When Toby Glenn was homeless in Brooklyn from age eight to seventh grade, sometimes the only thing that gave him comfort was a book.
“Homelessness can be tough,” Glenn understates. “You’re sitting around looking for housing, not necessarily focusing on your education, and you can fall behind. But I was always able to travel through books. Prose was amazing for me. I could go to other countries and go back in time, and to outer space and meet my heroes. It was just amazing.”
He took special comfort in Ralph Ellison’s “Invisible Man” because he felt he was in a similar situation as the main character. People deliberately ignored him and his family wherever they went. “We would be sitting in a welfare hotel or sitting in a train station, and we were invisible. Nobody would see us. I related really well to that book and I read it over and over.”
Glenn says education is one of the things that helped lift him out of homelessness. After his family’s living situation stabilized, Glenn began an eclectic career as a rapper, then rapper manager, then sports agent. He is now a business consultant and is coming to Princeton with Kairos, a motivational seminar that will raise money for his nonprofit group, the Book Bank Foundation. The group provides books and literature to underprivileged children, and also combats abuse, hunger and homelessness more broadly.
The Kairos event will take place Sunday, February 26, from noon to 6 p.m. at the Nassau Inn in Princeton. It will be hosted by Glenn and Kairos co-founder and Olympic coach Ed Tseng. Speakers include Bob Ryland, the first black pro tennis player; Rick Down, a former New York Yankees hitting coach; Samyr Laine, Olympic triple jumper; Chhavi Verg, Miss New Jersey 2017; Michael Gallardo; an Army veteran, amputee, and adaptive athlete; Brian McNamee, a former New York City police officer and Major League Baseball strength and conditioning coach; Rayna DuBose, a basketball star and motivational speaker; Jennie Murphy, a legally blind athlete; and Cory Bradburn, social media manager for Golf Digest. Tickets start at $25. Visit www.edtseng.com/kairosmovement, call 609-558-1077, or e-mail firstname.lastname@example.org
Glenn grew up in New York, where his mother worked for the state retirement board. His father died at a young age, and the family went to live with Glenn’s grandmother. When his mother suffered a nervous breakdown, the family was out on the streets, always looking for a place to stay between friends, relatives, and social agencies. Glenn says he and his brothers and sisters are all doing well now, but that the years of homelessness made an indelible mark on him.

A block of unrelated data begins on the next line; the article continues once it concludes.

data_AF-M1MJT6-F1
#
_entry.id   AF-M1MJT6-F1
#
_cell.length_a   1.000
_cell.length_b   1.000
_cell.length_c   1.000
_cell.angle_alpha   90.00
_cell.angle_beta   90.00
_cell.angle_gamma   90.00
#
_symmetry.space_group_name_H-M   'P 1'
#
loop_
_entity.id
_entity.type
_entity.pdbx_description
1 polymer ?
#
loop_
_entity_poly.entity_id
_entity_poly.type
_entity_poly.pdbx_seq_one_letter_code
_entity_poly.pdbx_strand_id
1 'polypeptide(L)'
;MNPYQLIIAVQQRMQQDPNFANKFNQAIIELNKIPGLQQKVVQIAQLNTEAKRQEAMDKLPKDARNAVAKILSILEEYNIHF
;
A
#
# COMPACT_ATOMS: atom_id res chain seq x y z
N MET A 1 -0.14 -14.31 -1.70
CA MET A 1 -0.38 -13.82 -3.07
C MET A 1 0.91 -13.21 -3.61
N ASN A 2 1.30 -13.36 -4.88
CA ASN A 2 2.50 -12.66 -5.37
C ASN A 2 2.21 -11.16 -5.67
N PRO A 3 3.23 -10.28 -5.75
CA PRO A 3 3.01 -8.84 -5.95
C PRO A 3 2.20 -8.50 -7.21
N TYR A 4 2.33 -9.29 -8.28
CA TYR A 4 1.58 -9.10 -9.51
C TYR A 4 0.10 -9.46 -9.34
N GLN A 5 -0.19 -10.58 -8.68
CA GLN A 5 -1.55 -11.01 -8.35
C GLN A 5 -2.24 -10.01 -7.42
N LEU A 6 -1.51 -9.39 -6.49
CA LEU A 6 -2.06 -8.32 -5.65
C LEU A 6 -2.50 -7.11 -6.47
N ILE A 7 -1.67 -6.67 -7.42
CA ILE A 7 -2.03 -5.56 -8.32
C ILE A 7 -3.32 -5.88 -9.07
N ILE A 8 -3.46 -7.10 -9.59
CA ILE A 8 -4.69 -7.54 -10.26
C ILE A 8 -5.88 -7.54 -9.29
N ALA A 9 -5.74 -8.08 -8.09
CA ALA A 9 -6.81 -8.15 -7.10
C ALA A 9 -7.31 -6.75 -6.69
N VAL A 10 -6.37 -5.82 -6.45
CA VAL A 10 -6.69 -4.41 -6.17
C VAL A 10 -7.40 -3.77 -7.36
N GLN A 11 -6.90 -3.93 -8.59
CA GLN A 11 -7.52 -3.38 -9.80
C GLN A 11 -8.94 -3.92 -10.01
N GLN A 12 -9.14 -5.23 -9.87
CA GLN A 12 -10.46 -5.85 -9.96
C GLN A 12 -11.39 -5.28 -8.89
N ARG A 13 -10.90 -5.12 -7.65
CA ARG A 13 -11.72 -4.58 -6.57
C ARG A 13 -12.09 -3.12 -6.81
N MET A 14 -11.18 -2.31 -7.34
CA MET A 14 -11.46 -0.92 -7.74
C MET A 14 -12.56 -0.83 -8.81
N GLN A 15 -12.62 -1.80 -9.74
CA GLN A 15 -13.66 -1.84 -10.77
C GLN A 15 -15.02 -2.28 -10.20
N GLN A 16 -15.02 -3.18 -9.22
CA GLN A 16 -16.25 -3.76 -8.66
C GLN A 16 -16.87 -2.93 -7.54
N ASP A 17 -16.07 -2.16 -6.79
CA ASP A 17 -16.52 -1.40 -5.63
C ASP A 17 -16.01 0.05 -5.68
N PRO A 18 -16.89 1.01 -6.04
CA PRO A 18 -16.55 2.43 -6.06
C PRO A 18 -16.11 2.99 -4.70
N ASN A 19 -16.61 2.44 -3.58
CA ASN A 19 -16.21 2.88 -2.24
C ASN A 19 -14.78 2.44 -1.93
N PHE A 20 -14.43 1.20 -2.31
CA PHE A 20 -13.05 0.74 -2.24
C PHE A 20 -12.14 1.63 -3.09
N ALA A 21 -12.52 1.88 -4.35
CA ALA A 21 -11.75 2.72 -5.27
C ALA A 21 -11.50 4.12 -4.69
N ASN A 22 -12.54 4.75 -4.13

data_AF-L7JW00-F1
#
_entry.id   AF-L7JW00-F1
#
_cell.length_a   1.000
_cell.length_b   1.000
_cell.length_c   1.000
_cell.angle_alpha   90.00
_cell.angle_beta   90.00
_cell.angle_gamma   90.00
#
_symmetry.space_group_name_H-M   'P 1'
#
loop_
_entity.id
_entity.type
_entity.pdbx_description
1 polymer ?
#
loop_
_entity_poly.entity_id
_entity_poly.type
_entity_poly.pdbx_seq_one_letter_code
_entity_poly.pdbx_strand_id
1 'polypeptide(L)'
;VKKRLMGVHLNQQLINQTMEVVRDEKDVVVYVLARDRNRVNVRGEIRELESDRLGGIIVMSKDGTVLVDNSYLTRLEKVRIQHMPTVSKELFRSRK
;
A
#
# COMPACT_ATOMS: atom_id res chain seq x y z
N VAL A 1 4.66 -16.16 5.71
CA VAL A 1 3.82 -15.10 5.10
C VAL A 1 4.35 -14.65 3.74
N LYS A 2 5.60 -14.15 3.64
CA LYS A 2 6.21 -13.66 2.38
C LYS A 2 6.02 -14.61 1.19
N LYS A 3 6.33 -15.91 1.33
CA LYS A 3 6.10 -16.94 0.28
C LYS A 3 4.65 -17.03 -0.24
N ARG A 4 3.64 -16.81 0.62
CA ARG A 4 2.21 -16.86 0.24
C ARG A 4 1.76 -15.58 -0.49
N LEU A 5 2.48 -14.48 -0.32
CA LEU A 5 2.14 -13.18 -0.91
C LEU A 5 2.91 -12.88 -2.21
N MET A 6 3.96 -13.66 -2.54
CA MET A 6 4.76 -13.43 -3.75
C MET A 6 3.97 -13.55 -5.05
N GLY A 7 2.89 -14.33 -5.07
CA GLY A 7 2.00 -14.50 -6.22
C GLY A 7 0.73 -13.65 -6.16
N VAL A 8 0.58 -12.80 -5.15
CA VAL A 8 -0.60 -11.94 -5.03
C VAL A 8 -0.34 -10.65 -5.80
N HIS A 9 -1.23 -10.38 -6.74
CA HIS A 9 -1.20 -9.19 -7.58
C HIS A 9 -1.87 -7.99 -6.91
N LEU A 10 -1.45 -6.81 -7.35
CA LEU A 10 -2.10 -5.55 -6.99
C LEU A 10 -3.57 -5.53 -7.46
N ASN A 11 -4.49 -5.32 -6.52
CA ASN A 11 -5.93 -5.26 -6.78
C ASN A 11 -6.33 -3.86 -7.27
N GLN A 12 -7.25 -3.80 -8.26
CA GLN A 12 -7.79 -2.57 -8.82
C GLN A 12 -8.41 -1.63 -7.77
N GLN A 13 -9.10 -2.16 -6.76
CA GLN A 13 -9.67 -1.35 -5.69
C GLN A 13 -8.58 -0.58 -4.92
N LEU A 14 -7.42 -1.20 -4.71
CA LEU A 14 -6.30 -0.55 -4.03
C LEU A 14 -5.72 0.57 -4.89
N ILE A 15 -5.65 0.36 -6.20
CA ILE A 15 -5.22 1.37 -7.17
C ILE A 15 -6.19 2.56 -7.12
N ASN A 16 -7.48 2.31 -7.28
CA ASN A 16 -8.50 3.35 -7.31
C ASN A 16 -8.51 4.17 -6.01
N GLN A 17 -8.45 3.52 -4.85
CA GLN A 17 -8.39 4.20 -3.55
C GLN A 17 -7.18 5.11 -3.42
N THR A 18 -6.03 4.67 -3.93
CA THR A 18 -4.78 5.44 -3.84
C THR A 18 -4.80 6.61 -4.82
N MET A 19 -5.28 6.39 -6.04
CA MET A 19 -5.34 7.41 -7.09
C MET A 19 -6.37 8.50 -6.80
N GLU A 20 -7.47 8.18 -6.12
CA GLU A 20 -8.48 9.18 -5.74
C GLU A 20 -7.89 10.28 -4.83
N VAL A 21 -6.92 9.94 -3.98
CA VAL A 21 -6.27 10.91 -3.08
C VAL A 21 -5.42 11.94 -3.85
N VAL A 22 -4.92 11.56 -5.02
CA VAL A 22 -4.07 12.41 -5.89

In high school in the late 1970s Glenn took up rapping during the formative years of hip-hop. As “Sweety G,” he performed alongside some of the founders of rap. One of his songs, “The Place to Be,” was recorded in 1981 and can be found on YouTube.
But Glenn was not destined to become a famous rapper. Instead, he became a manager, and was part of LL Cool J’s management team in addition to representing other rappers. He later switched from music to sports, representing NFL players like Asante Samuel, helping the cornerback sign a $60 million deal with the Philadelphia Eagles.
Glenn’s latest career shift was to become a speaker, author, and consultant. His latest work is a children’s book called “Lil’ G Faces the Brooklyn Bully,” in which a boy deals with homelessness and bullying.
Throughout Glenn’s career, he has forged his own path rather than working his way up through other organizations. He has some general advice for other would-be entrepreneurs. “Find your passion,” he says. “If you’re going to work a job, treat your job as though it is a business. Save 20 to 30 percent of your earnings. Do the same things that great business minds do: Warren Buffet, Jay-Z, Bill Gates, and Mark Zuckerberg: make a budget, respect the budget, and save money. Realize what investments are good. Hire team players. Have an exit plan if things are not moving your way. Partner with other people. We can’t do it by ourselves.”
The Kairos seminar was created when Glenn met with Tseng and the two speakers decided to host an event together. They plan to take Kairos all over the country, with Princeton being the first stop. “Kairos” is a Greek word meaning an opportune moment.
“Kairos is the moment when you are prepared to take all of your perspectives, all of your teachings, and all of your potential, and you tap into them together with your mind, body, and spirit,” Glenn says. “I’m excited about it, and I think it’s a great place for everybody to sharpen up their skills.”